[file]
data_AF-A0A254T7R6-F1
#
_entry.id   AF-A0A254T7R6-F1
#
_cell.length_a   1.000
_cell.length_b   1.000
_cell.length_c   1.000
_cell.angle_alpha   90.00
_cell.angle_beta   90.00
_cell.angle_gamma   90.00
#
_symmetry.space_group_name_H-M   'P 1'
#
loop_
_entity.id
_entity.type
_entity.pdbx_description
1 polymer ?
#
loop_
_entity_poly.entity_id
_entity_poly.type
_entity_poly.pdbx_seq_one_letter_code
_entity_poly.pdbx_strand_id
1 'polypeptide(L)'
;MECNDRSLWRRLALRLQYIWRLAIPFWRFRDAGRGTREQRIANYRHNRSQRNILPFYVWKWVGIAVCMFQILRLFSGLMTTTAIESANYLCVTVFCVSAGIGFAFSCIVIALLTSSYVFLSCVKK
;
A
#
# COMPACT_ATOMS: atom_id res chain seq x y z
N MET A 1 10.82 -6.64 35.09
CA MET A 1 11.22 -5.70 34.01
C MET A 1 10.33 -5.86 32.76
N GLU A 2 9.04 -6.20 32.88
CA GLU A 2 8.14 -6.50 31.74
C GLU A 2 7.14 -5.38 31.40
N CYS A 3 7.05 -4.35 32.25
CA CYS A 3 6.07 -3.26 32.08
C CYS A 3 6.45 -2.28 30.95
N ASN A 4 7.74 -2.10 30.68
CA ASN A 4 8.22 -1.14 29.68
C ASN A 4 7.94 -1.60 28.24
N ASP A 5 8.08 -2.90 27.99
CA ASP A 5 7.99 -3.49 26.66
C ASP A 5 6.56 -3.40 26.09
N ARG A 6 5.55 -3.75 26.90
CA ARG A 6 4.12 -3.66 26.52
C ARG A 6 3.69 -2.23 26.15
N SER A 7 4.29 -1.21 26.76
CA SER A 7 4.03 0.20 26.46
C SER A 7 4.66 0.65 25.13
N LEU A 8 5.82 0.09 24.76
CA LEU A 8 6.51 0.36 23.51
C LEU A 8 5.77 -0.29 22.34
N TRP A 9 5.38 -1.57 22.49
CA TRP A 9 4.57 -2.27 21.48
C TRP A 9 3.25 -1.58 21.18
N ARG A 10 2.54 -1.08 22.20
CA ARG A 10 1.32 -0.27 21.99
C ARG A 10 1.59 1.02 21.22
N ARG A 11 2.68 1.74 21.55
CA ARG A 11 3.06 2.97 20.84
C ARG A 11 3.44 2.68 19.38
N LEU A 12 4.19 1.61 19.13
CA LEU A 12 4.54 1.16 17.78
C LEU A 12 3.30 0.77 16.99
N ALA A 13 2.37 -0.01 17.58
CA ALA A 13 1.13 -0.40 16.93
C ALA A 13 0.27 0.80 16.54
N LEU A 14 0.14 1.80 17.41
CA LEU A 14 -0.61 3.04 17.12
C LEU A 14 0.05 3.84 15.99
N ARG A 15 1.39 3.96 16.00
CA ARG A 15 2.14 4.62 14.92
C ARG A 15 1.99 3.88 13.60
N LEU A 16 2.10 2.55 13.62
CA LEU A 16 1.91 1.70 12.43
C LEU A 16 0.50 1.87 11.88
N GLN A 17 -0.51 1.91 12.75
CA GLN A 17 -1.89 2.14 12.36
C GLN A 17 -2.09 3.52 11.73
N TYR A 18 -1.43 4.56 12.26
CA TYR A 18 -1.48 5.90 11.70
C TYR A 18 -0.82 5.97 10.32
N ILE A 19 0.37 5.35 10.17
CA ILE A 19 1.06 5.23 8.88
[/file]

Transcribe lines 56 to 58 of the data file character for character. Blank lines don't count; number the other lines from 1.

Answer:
CA TRP A 9 4.57 -2.27 21.48
C TRP A 9 3.25 -1.58 21.18
N ARG A 10 2.54 -1.08 22.20